4 December 2020
The Duchess of Cambridge has published the findings of the biggest ever study on the early years in the UK.
In January, the Duchess of Cambridge asked the general public for their views on the early years through the "5 Big Questions on the Under Fives” survey, which attracted over half a million responses.
The research reveals the findings of the survey as well as further qualitative and ethnographic research, a nationally representative survey conducted before the pandemic, and a survey on the impact of Covid-19 on families.
The findings have generated the following “5 Big Insights” into the public’s attitudes to the early years.
People overwhelmingly believe that a child’s future is not pre-determined at birth but most people don’t understand the specific importance of the early years.
The reality of life makes it hard for parents to prioritise their wellbeing.
Feeling judged by others can make a bad situation worse.
People have been separated from family and friends during the pandemic and at the same time parental loneliness has dramatically increased. However, people are also less willing to seek help for how they’re feeling.
During the Covid-19 pandemic, support from local communities has substantially increased for many but not for all.
The research reveals that a significant proportion (69%) of UK parents of a 0 to 5-year-old underestimated the primary importance of the early years which contrasts with the scientific evidence on the early years providing the foundation for children’s future development and their life chances.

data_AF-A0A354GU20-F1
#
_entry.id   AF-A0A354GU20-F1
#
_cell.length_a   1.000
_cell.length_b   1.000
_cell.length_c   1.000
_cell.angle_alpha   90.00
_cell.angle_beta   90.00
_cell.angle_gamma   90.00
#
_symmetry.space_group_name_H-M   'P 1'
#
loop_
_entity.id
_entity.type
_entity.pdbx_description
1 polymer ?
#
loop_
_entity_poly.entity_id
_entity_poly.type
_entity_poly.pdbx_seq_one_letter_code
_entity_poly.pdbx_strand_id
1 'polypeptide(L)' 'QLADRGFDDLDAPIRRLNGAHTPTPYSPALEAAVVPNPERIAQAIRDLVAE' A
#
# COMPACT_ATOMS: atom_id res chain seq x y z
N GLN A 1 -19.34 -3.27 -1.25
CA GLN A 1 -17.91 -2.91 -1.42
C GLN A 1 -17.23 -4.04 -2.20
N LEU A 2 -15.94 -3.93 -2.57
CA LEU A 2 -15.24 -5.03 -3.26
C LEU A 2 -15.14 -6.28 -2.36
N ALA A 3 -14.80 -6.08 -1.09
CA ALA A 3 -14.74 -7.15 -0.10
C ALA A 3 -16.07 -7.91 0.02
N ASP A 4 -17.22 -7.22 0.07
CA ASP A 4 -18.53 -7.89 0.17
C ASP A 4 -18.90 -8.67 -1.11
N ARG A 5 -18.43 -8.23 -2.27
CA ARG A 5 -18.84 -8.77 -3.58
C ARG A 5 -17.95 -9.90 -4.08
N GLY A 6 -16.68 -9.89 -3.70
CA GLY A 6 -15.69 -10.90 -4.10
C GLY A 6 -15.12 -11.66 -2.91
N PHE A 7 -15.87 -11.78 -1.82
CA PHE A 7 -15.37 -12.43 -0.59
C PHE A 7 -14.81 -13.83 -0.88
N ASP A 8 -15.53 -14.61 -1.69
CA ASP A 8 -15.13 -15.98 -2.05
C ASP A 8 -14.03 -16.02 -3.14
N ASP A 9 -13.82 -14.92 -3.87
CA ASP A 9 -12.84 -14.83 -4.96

The research highlights three main conclusions:
the importance of promoting education and dissemination of evidence on the primacy of the early years to parents, parents of the future and the whole of society
the need to cultivate and sustain more support networks for parents to enhance their mental health and wellbeing
encouraging society as a whole be more supportive of parents, carers and families in the early years.
Purnima Tanuku OBE, Chief Executive of the National Day Nurseries Association (NDNA), said:
“This report is crucial in showcasing the importance of early years for children’s development, their lifelong learning and therefore their life chances.”
“The results from the survey are clear that parents do not always recognise the very real impact that early education, both within the family and through formal childcare settings, has on their children’s development.”
“Nurseries and their staff are excellent at providing great learning opportunities for children but also supporting families. Early years practitioners are key to developing a child’s foundations for lifelong learning as well as supporting parents to continue learning opportunities at home. These Five Big Insights and the rest of this research must be considered in any policy decisions affecting families and the early years sector - which has been doing fantastic work for children throughout the pandemic.”
The full report is available here.